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Is there software that allows someone to track my emails and texts?

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I was told that there are many apps on the market today which allow people to gain access to any email or text message you may be sending without your knowledge. For example, a suspicious spouse. If such is the case is there a way to block or disable them?

Sure there’s software like that. It’s called malware and it’s been around for years.

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Malware

The basic ideas is this: malicious software gets installed on your computer. It reports back to someone else what it is you’re doing.

It’s like the classic definition of what we call spyware. Spyware installed on your machine can basically track anything. Heck, more general malware on your machine can not just track anything but it can do anything.

Now if you’re thinking “Isn’t that just the same as viruses and such?,” you’d be exactly right. That’s exactly what this is: viruses and spyware and generally malicious software installed on your machine.

I SpyAnd you already know the way to prevent this and how to cure it: good internet habits. Don’t download and run things you don’t know are 100% safe; don’t open attachments that you don’t know are 100% safe. Run up-to-date anti-malware tools: the usual litany of things that we keep telling people to do to keep themselves safe on the internet.

Spying without malware

Now, if your question is really “can someone spy on your online communications without installing things on your computer?” then in the general sense, the answer is no.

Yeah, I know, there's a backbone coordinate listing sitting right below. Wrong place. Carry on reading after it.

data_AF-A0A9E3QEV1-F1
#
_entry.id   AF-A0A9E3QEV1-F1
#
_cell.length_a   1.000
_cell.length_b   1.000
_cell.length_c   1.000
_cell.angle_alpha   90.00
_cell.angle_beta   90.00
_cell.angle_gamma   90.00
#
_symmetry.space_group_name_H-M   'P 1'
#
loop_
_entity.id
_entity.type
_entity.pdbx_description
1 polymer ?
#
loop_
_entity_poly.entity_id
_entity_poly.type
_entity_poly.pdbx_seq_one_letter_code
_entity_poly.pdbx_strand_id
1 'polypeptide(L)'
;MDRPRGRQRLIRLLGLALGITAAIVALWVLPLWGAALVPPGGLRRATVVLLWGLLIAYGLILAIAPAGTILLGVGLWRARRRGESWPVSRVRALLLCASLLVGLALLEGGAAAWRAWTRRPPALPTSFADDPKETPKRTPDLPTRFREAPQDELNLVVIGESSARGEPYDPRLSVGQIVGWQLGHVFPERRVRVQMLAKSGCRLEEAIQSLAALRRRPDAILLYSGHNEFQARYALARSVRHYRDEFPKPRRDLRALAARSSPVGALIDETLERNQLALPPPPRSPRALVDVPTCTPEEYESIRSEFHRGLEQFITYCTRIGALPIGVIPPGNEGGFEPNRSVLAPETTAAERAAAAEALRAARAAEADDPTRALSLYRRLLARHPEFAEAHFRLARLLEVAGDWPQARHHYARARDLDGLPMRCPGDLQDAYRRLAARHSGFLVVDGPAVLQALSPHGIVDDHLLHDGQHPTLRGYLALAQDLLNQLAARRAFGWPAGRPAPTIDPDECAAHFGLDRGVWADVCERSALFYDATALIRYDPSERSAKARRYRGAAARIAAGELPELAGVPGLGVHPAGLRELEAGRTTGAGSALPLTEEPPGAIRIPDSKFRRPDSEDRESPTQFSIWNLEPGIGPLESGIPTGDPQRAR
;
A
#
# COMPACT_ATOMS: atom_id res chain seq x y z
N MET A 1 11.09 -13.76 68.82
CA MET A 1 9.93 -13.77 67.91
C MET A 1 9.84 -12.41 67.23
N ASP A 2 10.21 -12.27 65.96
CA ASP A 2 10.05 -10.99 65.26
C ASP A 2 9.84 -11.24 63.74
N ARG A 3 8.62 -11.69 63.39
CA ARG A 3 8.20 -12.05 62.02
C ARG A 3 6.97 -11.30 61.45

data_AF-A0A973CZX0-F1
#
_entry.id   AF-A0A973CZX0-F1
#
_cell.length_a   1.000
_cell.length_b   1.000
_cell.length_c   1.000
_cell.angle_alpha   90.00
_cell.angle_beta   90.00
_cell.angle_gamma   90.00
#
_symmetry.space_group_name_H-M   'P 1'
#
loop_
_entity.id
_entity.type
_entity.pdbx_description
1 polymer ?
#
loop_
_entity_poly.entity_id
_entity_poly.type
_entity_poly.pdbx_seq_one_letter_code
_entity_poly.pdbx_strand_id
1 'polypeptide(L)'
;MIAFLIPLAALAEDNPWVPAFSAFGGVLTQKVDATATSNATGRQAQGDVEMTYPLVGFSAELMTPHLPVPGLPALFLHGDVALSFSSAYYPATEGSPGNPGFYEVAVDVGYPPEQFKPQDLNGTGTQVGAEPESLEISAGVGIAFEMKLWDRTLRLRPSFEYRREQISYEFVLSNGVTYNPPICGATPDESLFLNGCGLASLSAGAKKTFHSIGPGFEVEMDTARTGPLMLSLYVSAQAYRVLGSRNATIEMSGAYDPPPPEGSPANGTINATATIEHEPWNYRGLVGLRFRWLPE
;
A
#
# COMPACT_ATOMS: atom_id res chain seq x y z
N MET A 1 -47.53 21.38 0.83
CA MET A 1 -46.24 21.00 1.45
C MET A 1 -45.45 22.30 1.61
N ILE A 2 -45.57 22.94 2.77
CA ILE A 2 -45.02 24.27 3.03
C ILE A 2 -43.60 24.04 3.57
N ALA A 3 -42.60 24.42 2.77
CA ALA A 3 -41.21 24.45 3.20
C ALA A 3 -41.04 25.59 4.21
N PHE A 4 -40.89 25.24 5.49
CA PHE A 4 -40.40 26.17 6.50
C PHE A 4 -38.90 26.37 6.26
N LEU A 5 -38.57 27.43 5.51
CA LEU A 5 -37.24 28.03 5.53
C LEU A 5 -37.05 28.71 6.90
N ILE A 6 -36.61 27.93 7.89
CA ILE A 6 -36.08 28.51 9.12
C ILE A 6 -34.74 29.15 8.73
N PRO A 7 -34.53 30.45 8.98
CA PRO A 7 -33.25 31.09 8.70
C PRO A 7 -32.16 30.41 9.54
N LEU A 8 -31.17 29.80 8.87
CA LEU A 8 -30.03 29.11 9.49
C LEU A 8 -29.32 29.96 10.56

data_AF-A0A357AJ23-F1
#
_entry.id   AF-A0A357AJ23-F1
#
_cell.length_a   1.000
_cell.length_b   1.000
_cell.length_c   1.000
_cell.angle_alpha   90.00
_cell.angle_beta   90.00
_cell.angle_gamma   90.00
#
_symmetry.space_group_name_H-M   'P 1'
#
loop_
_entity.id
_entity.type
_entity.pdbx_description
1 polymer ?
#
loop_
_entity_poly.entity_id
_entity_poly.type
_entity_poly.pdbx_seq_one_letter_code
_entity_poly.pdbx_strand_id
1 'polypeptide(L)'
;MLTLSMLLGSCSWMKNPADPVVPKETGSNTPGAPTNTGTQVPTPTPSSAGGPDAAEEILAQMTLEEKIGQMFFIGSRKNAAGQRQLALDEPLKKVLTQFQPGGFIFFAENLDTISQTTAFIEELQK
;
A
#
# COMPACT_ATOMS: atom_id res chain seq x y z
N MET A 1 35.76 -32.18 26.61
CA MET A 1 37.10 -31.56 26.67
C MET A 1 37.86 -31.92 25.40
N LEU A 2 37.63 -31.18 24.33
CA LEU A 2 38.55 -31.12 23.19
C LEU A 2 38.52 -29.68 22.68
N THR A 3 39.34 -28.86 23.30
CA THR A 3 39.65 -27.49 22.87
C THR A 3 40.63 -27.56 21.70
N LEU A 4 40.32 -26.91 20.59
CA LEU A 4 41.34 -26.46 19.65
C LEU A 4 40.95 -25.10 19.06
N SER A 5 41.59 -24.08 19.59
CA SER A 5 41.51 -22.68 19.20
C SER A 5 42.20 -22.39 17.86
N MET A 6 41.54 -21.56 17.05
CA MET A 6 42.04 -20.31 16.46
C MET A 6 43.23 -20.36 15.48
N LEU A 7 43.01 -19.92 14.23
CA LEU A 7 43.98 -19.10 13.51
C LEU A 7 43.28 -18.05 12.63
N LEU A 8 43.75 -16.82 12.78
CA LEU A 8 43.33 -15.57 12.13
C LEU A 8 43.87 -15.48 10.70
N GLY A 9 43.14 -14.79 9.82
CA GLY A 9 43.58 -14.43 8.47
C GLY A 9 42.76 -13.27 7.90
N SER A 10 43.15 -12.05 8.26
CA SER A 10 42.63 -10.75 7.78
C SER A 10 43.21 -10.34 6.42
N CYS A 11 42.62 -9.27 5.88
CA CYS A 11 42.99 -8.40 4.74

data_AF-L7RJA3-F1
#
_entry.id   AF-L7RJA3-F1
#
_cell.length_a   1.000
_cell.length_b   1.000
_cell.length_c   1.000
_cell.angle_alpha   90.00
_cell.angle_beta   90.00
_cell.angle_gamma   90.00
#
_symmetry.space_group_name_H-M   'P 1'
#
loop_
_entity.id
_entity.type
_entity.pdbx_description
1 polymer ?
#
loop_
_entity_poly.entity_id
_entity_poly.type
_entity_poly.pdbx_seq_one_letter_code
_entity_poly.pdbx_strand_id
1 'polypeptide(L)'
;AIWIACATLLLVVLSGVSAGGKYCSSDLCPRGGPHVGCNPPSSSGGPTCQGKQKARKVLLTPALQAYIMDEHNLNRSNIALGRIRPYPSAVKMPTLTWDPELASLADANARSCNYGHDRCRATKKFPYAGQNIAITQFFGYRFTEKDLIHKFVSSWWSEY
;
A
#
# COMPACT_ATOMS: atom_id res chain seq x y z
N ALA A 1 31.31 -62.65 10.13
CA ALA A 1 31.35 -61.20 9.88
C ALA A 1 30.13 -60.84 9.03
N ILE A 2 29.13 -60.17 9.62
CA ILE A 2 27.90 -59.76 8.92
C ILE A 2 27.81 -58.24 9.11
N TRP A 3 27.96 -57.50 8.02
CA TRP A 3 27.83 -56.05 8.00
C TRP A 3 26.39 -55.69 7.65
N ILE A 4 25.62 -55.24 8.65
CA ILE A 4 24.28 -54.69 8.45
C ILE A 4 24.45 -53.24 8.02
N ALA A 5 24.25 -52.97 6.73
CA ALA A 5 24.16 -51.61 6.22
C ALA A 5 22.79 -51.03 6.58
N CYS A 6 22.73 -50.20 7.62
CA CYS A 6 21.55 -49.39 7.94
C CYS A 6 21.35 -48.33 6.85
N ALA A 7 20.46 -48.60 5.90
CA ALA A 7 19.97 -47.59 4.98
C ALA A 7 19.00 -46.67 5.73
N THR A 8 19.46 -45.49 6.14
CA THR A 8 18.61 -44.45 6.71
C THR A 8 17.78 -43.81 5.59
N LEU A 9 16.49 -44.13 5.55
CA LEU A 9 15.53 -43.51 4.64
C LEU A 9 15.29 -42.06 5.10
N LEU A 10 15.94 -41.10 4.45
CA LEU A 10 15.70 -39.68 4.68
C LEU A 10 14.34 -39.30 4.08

If they gained access to your router, maybe. If they’re the NSA and they have access to your ISP, maybe.

But in general, no, random people can not intercept your mail, and the same is generally true for texts.

5 comments on “Is there software that allows someone to track my emails and texts?”

  1. The question also mentioned a suspicious spouse. Anyone who has physical (hands on) access to your computer can install this kind of malware. If they are computer savvy they could even do this if your Windows login is password protected.

  2. Agreed, Mark, that “physical (hands on)” is the most obvious in the circumstances you describe.

    But there are also the various versions of “Remote Log-in”, that effectively give a similar degree of access.

    • I mentioned the hands on approach in addition to any possible remote attacks as it would be the easiest way for a spouse who wasn’t particularly computer savvy to get into the system by installing keyloggers and/or other spyware.

  3. If your emails and texts are being monitored by a suspicious spouse or some other suspicious/possessive relative, you might try the drastic measure of providing cleanskin devices as a work-around to cocoon/buffer communication with children, spouse and/or former spouse.

    You might consider the expense of providing each party with a fresh smart phone on a fresh plan paid for by you, that is dedicated to the purpose of only communicating among each other, so the expense is not dissimilar to the current status. No other phones nor computers are to be used for communication among yourselves.